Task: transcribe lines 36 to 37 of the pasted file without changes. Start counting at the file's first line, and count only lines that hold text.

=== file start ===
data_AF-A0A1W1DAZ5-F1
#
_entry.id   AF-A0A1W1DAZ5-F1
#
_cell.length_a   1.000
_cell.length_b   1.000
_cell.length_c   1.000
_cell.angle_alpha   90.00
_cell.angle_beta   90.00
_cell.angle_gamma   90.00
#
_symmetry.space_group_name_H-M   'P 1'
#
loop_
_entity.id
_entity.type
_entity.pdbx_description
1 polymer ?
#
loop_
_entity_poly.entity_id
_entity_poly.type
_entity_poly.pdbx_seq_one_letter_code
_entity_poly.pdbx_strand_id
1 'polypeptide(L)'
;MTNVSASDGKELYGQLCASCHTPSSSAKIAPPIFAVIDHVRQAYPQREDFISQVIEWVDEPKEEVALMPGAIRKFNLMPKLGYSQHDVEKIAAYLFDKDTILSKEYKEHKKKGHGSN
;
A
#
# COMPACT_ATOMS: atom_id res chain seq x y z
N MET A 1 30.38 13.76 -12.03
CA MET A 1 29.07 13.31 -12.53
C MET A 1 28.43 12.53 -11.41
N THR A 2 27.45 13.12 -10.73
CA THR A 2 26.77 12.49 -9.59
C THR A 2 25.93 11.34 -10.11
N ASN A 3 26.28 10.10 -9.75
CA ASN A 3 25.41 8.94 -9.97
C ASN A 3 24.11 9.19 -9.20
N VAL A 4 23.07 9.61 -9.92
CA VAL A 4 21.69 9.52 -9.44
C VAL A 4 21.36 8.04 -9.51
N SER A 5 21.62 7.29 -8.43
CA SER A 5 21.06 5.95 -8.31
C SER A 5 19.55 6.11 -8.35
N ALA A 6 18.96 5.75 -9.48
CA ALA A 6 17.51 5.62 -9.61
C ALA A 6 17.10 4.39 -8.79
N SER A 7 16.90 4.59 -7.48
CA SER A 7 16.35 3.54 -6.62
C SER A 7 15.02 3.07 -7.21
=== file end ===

C THR A 2 25.93 11.34 -10.11
N ASN A 3 26.28 10.10 -9.75